Making conversation, I asked him if he'd been in the 101st Airborne or if his son was serving. He said quietly that he had been in the 101st. I thanked him for his service, then asked him when he served, and how many jumps he made.

Quietly and humbly, he said "Well, I guess I signed up in 1941 or so, and was in until sometime in 1945 .. . . " at which point my heart skipped.

At that point, again, very humbly, he said "I made the 5 training jumps at Toccoa, and then jumped into Normandy . . . . do you know where Normandy is?" At this point
my heart stopped. I told him "yes, I know exactly where Normandy is, and I know what D-Day was." At that point he said "I also made a second jump into Holland , into Arnhem ." I was standing with a genuine war hero . . . . and then I realized that it was June, just after the anniversary of
D-Day..

I asked Shifty if he was on his way back from France , and he said
"Yes. And it's real sad because, these days, so few of the guys are
left, and those that are, lots of them can't make the trip." My heart was in my throat and I didn't know what to say.

I helped Shifty get onto the plane and then realized he was back in Coach while I was in First Class. I sent the flight attendant back to get him and said that I wanted to switch seats. When Shifty came forward, I got up out of the seat and told him I wanted him to have it, that I'd take his in coach.

He said "No, son, you enjoy that seat. Just knowing that there are still some who remember what we did and who still care is enough to make an old man very happy." His eyes were filling up as he said it. And mine are brimming up now as I write this.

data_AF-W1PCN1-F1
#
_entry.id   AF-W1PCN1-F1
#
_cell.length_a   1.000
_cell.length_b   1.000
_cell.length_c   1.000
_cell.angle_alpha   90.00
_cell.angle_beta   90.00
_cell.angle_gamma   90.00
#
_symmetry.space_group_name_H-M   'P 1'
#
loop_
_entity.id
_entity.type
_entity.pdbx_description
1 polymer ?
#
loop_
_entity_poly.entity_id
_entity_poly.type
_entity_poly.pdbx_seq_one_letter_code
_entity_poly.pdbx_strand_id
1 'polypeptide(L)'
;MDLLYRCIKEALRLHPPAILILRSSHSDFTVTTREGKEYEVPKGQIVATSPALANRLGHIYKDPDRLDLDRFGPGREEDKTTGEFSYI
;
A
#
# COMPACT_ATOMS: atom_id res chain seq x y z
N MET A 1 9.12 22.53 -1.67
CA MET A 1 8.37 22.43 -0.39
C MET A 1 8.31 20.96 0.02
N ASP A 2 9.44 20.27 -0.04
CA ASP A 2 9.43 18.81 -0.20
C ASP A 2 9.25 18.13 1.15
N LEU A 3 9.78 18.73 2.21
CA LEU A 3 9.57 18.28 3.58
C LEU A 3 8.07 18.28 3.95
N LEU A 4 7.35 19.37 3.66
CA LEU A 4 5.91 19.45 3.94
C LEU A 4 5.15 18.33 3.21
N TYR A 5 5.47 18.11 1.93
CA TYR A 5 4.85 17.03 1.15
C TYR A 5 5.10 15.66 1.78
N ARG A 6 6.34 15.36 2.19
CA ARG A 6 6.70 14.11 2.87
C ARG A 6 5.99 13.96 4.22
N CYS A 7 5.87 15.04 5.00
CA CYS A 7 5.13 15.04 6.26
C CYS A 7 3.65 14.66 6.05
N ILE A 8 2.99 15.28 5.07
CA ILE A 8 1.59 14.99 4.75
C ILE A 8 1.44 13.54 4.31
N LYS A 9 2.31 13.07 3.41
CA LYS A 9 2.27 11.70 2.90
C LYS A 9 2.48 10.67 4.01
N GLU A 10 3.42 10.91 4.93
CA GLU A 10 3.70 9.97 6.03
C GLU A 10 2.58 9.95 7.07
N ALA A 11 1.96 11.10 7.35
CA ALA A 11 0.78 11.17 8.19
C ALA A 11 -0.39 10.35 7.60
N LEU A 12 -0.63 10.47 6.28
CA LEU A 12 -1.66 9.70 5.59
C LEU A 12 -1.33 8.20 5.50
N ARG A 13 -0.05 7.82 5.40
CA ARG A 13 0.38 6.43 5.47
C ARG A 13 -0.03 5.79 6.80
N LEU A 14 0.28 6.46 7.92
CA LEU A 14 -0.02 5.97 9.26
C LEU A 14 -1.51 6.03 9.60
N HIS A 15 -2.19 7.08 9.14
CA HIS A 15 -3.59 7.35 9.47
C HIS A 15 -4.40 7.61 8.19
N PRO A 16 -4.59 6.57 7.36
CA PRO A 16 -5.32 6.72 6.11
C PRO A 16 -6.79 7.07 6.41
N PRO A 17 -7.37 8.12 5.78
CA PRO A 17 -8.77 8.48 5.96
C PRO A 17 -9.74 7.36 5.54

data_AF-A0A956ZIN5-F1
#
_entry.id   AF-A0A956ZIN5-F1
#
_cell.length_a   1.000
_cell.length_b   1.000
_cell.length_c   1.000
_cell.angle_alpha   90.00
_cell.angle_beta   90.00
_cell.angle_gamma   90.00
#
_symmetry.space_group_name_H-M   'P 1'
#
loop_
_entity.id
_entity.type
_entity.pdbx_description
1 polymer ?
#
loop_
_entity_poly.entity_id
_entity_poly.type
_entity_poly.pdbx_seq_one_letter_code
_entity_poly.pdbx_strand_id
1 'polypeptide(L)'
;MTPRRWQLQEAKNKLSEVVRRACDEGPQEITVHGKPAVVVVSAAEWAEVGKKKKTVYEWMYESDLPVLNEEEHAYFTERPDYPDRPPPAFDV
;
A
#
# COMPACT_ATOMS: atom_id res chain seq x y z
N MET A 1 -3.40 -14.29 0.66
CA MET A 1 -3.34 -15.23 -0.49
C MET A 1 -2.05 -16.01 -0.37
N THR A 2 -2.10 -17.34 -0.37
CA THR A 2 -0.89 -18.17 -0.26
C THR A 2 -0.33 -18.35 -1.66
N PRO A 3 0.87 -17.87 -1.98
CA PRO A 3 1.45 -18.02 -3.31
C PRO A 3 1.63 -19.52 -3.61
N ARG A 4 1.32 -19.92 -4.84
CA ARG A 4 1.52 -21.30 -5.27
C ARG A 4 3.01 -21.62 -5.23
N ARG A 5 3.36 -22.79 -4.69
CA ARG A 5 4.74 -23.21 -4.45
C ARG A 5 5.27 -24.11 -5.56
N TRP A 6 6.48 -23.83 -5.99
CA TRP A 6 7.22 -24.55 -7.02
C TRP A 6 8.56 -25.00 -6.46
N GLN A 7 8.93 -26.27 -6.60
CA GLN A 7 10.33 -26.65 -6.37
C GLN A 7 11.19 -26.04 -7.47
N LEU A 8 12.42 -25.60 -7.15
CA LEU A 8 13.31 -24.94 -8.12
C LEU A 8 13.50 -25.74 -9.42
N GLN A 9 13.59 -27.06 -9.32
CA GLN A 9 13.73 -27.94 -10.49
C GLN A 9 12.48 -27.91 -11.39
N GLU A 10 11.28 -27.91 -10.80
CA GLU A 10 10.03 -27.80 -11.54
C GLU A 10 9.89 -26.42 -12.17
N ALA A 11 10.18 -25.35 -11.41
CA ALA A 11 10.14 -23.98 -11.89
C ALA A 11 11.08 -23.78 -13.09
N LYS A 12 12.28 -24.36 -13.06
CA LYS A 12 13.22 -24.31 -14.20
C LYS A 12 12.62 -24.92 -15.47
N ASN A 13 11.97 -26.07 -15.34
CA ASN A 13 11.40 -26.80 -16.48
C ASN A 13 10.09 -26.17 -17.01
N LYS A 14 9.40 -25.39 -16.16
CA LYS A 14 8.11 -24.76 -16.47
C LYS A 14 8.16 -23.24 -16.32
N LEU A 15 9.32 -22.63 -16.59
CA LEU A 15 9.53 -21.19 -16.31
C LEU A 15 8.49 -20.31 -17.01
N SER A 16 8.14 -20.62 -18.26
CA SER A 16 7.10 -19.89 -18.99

Shifty died on June 17, 2009 after fighting cancer.

There was no parade. No big event in Staples Center . No wall to wall back to back 24x7 news coverage. No weeping fans on television and that's not right.

Let's give Shifty his own Memorial Service, online, in our own quiet way. Please forward this email to everyone you know. Especially to the veterans.

Rest in peace, Shifty.
Chuck Yeager, Maj Gen. [ret.]


BIO...Chuck Yeager


Charles Elwood "Chuck" Yeager (born February 13, 1923) is a former brigadier general in the United States Air Force and noted test pilot. In 1947, he is widely considered as the first pilot (at age 24) to travel faster than sound. Originally retiring as a brigadier general, Yeager was promoted to major general on the Air Force's retired list 20 years later for his military achievements.


His career began in World War II as a private in the U.S. Army Air Forces. After serving as an aircraft mechanic, in September, 1942 he entered enlisted pilot training and upon graduation was promoted to the rank of Flight Officer (WW 2 U.S. Army Air Forces rank equivalent to Warrant Officer) and became a P-51 Mustang fighter pilot. After the war he became a test pilot of many kinds of aircraft and rocket planes.
Yeager was the first man to break the sound barrier on October 14, 1947, flying the experimental Bell X-1 at Mach 1 at an altitude of 13,700 m (45,000 ft). Although Scott Crossfield was the first man to fly faster than Mach 2 in 1953, Yeager shortly thereafter exceeded Mach 2.4.
He later commanded fighter squadrons and wings in Germany and in Southeast Asia during the Vietnam War, and in recognition of the outstanding performance ratings of those units he then was promoted to brigadier general. Yeager's flying career spans more than sixty years and has taken him to every corner of the globe, even into the Soviet Union during the height of the Cold War.